QUOTE AND NEWS
SeekingAlpha  Oct 13  Comment 
SeekingAlpha  Sep 27  Comment 
MarketWatch  Sep 27  Comment 
WebMD Health Corp. said Tuesday that its chief financial officer, Peter Anevski, is leaving the company. The health information services company named Senior Vice President of Finance Blake DeSimone as CFO. DeSimone joined WebMD in June 2015 from...
Motley Fool  Sep 19  Comment 
Even though the market was largely unchanged today, these stocks fell. Find out why.
Forbes  Sep 19  Comment 
Legendary investor Warren Buffett advises to be fearful when others are greedy, and be greedy when others are fearful. One way we can try to measure the level of fear in a given stock is through a technical analysis indicator called the Relative...
MarketWatch  Sep 19  Comment 
WebMD Health Corp. said Monday that its chief executive officer since 2013, David Schlanger, is exiting the company by "mutual agreement," with Steven Zatz, the company's president, replacing Schlanger effective immediately. WebMD also said it...
New York Times  Aug 29  Comment 
Room for Debate asks whether it does more harm than good for patients to search for information about symptoms on websites, like WebMD.




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WebMD (NASDAQ:WBMD) owns websites that gives its visitors information on a wide variety of medical conditions, overviews of available treatment options, and general information on lifestyle and preventative care. WebMD provides most of its services for free and makes money by charging other companies, particularly pharmaceutical companies, to advertise on its sites. The company earned $439 million in revenue and $117 million in net income in 2009.[1]

Healthcare costs have increased an average of 7.6% a year since 2000.[2] This has resulted in a growing effort by employers and healthcare plans to manage medical expense growth by encouraging plan members to take a greater share of responsibility for managing their own health. For these corporate clients WebMD creates a private version of its web portal. WebMD then stores a detailed health record for each employee and offers customized content on preventative care based on the employee's health profile. It also uses this information to match the employee with the best healthcare plan. WebMD charges both setup and monthly fees for its corporate services.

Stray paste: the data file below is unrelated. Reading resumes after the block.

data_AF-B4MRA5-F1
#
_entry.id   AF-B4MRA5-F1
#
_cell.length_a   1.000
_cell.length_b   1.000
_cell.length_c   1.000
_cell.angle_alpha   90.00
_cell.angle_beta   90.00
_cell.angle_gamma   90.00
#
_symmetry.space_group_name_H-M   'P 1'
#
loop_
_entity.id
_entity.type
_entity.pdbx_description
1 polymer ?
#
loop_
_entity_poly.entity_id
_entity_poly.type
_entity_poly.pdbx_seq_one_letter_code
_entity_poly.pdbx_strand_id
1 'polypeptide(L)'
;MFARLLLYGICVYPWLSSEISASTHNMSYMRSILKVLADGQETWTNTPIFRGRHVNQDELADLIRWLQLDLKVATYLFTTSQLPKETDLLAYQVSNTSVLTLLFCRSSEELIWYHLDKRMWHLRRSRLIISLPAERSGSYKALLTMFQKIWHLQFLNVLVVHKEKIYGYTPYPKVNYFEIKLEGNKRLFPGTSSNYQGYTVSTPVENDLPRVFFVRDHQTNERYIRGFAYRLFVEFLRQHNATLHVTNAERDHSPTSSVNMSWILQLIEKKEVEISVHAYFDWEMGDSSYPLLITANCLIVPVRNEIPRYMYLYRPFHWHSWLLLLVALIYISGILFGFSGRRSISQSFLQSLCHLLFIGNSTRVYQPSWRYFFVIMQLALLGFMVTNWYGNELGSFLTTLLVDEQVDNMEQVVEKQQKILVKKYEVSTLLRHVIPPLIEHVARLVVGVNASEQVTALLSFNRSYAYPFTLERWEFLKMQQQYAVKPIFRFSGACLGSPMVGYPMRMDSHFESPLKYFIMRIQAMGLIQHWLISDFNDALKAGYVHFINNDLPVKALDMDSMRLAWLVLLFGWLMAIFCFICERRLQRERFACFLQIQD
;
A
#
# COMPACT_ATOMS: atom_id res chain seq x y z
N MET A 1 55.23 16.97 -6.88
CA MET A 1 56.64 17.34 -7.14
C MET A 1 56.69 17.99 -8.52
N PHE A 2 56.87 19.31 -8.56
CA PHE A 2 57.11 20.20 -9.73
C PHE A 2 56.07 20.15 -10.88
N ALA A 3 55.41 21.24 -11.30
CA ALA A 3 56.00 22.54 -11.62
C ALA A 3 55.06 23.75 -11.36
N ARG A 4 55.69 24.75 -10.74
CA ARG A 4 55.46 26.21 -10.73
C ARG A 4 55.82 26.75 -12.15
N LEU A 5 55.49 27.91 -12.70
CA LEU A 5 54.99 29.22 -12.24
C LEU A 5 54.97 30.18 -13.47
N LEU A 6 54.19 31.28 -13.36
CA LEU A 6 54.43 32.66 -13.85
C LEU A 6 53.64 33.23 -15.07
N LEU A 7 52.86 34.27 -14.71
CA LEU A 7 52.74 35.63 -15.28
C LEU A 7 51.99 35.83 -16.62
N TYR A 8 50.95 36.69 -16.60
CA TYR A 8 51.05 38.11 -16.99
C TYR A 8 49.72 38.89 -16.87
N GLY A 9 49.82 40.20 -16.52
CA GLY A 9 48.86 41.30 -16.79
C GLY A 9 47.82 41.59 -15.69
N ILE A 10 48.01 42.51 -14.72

While the company has benefited from growing corporate demand for its products, it also faces growing competition in this area. Both Google (GOOG) [3] and Microsoft (MSFT) [4] have launched their own health services with a particular focus on the corporate market. The companies are targeting health insurance companies in the hopes that the insurance companies offer their own clients medical information and records services.

Company Overview

WebMD has three primary revenue streams: online advertising at its public network of sites, its licensing of private portals and it's small but growing print and publishing group.[5]

Public Network of Sites:

WebMD's public network includes WebMD.com, rxlist.com, emedicine.com, emedicinehealth.com, and others. These sites offer a variety of health information on diagnosing illnesses, treatment, and wellness advice.

Private Portal licensing

WebMD licenses its service to over 82 partners. These portals are licensed to corporations and health insurance providers helping employees and health plan members make more informed decisions about optimal health plans and physician choice. Employees or health insurance customers submit electronic health records into the system and WebMd’s portal will help the user find the optimum health plan, treatment, and physicians for their needs. The portals also help users estimate health care costs for retirement.

Publishing

WebMD publishes The Little Blue Book , WebMD The Magazine and a variety of other offerings sent to doctors offices targeting both the consumer and professional health care markets. Publishing is the fastest growing part of WebMD's business.

Business Growth

That's way the bestest aesnwr so far!

Gosh, I wish I would have had that information erailer!

References

  1. Kaiser data on the growth in Healthcare from 2000-2005
  2. Google Health Launch
  3. Pharmaceutical Ad Spending
  4. WBMD 2009 10-K pg. 3-14
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